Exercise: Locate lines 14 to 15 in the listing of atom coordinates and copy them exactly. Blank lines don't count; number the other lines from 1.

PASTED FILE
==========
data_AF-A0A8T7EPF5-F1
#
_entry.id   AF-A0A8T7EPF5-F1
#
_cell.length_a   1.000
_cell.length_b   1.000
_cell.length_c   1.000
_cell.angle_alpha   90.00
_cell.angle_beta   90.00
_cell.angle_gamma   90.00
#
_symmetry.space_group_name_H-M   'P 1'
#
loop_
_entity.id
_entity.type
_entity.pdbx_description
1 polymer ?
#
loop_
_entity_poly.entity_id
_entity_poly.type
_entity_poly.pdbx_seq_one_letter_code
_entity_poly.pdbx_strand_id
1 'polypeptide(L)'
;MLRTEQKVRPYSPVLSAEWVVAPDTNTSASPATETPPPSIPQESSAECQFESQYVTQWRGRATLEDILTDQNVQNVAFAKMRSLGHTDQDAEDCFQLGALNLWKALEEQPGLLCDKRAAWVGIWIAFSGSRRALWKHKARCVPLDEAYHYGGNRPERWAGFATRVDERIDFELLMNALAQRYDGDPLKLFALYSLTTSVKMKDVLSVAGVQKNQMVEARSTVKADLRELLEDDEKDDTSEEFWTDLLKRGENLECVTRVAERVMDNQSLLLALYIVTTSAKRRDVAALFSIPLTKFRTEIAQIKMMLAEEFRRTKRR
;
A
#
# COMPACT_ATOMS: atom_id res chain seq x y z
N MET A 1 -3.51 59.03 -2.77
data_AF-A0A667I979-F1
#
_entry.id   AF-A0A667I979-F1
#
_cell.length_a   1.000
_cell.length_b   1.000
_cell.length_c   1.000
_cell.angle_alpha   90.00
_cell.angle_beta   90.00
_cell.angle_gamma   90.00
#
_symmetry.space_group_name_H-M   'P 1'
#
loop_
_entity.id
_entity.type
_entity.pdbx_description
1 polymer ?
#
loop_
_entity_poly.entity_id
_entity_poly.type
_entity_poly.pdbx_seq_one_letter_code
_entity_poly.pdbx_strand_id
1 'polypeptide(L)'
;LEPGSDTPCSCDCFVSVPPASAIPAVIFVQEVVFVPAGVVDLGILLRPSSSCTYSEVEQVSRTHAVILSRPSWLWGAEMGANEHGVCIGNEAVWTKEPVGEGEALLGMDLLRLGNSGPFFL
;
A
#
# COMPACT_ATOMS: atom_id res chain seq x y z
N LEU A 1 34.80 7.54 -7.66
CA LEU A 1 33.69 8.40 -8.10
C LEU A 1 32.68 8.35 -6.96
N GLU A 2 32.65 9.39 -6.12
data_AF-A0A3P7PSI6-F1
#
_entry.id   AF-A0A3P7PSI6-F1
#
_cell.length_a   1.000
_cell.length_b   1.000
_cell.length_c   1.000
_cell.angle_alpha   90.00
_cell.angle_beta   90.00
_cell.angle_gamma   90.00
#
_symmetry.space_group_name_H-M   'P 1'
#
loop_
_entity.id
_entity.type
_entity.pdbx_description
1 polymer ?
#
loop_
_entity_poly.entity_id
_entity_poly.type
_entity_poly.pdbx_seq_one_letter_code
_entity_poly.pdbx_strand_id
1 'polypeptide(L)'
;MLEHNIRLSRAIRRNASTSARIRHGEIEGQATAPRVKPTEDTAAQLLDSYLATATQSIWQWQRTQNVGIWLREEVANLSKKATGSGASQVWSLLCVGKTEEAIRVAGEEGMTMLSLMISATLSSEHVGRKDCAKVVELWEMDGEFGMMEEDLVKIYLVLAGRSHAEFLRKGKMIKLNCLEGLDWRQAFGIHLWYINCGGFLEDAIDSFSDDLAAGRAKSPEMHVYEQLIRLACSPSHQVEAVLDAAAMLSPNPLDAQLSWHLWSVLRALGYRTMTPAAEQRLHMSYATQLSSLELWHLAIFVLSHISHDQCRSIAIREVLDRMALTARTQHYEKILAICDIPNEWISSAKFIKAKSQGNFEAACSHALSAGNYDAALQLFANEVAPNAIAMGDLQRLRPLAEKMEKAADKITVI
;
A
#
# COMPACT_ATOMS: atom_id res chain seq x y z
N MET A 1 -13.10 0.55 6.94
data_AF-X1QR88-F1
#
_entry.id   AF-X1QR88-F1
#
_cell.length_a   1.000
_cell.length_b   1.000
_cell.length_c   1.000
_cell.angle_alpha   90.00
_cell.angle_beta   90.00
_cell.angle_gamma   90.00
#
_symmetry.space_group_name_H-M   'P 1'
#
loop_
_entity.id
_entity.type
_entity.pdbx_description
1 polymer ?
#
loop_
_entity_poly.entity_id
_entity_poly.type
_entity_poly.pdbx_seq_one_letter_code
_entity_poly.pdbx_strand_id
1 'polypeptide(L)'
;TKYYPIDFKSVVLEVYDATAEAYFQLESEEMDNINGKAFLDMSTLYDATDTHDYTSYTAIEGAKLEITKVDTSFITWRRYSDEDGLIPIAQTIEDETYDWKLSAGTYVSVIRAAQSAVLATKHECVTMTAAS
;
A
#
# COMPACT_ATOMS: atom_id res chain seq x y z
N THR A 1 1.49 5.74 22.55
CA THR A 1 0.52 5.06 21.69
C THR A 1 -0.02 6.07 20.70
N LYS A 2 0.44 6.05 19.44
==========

loop_
_entity.id